Who are some new, promising artists that you think people should check out?

SR: In addition to all of our talented writers who have been featured through Tin Pan Alley 2, we were so privileged to have worked alongside a very talented group of people at the Graduate Musical Theatre Writing Program at NYU Tisch for the last two years; project decks for all 19 thesis projects to come out of our year can be found on the program's website. We've also been lucky enough to attend readings and events at the Musical Theatre Factory. The open mic nights at NYTW and MTF, as well as concerts created by Maestra are a great resource for finding emerging artists' work as well. Our classmates have also been hard at work on a webseries entitled "Is This Art Now?" which can be found on YouTube and a podcast entitled "The Latest Draft" which can be found on Apple Podcasts starting Friday, July 10th.

As an Asian theatre artist, have you seen or experienced racism in the industry that has made you feel marginalized and/or hindered your creative process?

DL: One time I was in a room full of theatre professionals. We were chatting about the musicals we liked. One person brought up Miss Saigon, and lightheartedly said, "Asian, am I right?" All I could think of was, "Please don't look at me." I got a feeling that I was expected to like this show, or at least have an opinion of it.

Asian audiences are expected to comment on shows that feature Asian characters. Asian writers are expected to write stories that represent Asian culture. One question I get all the time from my friends and family members in China is, "Do you put in Chinese elements in your works?" I would love to, of course. I want to create strong, complex Asian lead characters in my works. But it should not be a required item in the creative process. It's the expectation that gives me mixed feelings.

SR: I remember during the first week of my undergrad being told that I had been accepted "to fill the minority quota," a statement that has stuck with me for years now. It stung. I recognized myself as the only Asian student in my year and I think that was really the first time I felt like I had a target on my back. Looking back, however, I can also acknowledge how lucky I've been. I grew up in the United States, with a Jewish father and a Chinese mother. I have been gifted two diverse cultural backgrounds from my parents as well as my own up-bringing as a New Yorker to pull from. I feel like I have been given an incredible opportunity to create works for people of all backgrounds and encourage others to do the same.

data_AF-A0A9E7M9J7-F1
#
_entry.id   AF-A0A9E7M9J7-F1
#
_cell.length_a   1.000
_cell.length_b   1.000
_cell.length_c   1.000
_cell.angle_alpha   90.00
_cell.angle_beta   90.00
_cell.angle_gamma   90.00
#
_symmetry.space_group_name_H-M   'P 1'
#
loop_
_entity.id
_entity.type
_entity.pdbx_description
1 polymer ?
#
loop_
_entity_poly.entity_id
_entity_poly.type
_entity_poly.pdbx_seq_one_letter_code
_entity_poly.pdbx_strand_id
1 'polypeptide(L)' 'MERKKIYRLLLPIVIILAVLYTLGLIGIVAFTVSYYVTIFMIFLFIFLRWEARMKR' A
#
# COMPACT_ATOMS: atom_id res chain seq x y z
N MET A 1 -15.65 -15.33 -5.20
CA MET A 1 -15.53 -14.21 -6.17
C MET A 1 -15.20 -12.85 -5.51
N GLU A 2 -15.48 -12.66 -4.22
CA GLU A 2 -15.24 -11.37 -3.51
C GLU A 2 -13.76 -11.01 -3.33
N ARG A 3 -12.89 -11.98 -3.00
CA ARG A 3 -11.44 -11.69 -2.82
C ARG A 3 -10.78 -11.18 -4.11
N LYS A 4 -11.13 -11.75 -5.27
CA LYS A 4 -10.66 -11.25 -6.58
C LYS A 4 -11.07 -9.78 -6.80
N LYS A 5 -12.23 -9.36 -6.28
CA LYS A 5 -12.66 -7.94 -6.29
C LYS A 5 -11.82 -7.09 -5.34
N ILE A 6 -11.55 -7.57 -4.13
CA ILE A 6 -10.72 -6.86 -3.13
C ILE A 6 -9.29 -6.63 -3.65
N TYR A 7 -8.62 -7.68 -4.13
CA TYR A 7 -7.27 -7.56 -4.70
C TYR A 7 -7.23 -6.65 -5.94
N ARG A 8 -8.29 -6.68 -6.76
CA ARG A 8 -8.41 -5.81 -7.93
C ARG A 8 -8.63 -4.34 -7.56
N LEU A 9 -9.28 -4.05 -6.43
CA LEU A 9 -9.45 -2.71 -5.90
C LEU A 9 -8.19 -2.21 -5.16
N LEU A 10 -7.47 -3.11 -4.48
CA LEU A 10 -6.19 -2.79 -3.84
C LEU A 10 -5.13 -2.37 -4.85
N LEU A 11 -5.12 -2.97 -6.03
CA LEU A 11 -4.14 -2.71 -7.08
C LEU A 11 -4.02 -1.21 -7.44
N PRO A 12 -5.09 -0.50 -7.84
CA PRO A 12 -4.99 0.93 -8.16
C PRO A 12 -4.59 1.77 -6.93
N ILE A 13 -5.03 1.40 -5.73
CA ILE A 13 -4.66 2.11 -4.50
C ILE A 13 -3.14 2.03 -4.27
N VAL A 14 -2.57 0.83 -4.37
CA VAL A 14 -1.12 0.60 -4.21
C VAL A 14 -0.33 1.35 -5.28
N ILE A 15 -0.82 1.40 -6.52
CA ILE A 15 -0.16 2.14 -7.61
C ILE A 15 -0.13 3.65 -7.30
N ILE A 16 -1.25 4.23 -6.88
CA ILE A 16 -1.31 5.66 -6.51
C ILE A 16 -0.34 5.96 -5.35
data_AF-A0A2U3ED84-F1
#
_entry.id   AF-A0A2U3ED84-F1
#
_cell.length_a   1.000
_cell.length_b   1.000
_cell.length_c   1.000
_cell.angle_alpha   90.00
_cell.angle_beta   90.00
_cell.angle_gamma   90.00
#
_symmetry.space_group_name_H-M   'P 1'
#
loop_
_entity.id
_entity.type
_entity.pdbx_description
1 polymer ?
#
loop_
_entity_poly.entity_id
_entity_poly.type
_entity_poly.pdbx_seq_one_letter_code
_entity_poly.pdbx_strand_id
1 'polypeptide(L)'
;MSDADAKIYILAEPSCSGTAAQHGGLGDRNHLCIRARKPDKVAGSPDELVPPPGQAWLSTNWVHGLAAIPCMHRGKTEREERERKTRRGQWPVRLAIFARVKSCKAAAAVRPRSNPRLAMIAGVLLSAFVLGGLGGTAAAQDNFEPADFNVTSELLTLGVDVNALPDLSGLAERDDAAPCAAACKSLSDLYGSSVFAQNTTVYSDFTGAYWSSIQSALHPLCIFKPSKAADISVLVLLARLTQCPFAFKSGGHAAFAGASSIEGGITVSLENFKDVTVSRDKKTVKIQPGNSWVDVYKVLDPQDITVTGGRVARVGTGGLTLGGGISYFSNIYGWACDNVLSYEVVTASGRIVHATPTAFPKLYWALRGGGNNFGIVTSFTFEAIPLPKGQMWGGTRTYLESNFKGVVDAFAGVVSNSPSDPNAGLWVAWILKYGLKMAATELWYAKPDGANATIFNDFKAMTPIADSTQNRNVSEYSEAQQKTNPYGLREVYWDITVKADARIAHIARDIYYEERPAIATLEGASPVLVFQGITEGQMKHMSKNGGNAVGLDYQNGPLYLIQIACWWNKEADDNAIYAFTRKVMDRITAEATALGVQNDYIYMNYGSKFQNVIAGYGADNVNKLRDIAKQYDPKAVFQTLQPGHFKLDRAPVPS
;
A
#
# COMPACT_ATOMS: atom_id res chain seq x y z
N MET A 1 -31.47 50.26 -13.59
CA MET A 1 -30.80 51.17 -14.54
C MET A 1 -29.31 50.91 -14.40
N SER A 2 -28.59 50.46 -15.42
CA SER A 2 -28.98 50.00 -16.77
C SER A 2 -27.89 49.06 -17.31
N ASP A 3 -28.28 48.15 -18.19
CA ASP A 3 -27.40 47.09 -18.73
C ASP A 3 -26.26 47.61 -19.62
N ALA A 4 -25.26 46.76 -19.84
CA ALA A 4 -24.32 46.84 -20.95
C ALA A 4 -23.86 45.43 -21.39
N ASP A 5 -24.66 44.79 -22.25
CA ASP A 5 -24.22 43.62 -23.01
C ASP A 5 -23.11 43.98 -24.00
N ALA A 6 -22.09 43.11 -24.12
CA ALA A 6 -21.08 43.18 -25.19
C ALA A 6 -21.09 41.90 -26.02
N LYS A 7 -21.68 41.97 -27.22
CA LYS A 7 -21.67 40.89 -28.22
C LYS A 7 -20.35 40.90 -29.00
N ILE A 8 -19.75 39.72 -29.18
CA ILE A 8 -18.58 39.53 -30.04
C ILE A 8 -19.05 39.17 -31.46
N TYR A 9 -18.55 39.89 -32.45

To quote Legally Blonde (one of my favorite musicals), "With the chance I've been given, I'm going to be driven as hell." And I am. I want to see characters of diverse backgrounds playing roles outside of their stereotypes. I want to push the boundaries as to what musical theatre looks like and sounds like. I want to create complex characters that imitate and elevate real-life. And along the way, I want to create opportunities for my fellow artists. Theatre is about community for me and that community should reflect the world around us.


Durra Leung is an award-winning composer-lyricist and playwright born and raised in Guangzhou, China, and now calls NYC home. He has recently joined the New York City Center Encores! production of Thoroughly Modern Millie as the Cantonese lyricist. Durra has presented his works at Feinstein's/54 Below, Joe's Pub, The Duplex, The Laurie Beechman Theatre, Wild Project, The PIT, The West End Lounge, Dixon Place, and etc. One of his recent film-scoring works "Your Smile" (dir. Haochen Yang) has entered multiple international film festivals, including Cannes Film Festival. He is the producer and host for the concert series Tin Pan Alley 2. Graduate Musical Theatre Writing Program (Cycle 29) at NYU. Follow on Instagram and Soundcloud (both @alldurra).

Sam Rosenblatt is an Jewish-Asian-American theatre artist based in New York. She has a BS from NYU Steinhardt in Educational Theatre and an MFA from NYU Tisch in Musical Theatre Writing. She is a proud member of the Dramatists Guild and Maestra. Sam is a curator for Tin Pan Alley 2 and a programming manager for The Latest Draft podcast. She has worked professionally and educationally as a librettist, director, choreographer, stage manager, and performer. Follow her on Instagram @theatricallysam or visit her website, www.theatricallysam.com, for more information and updates.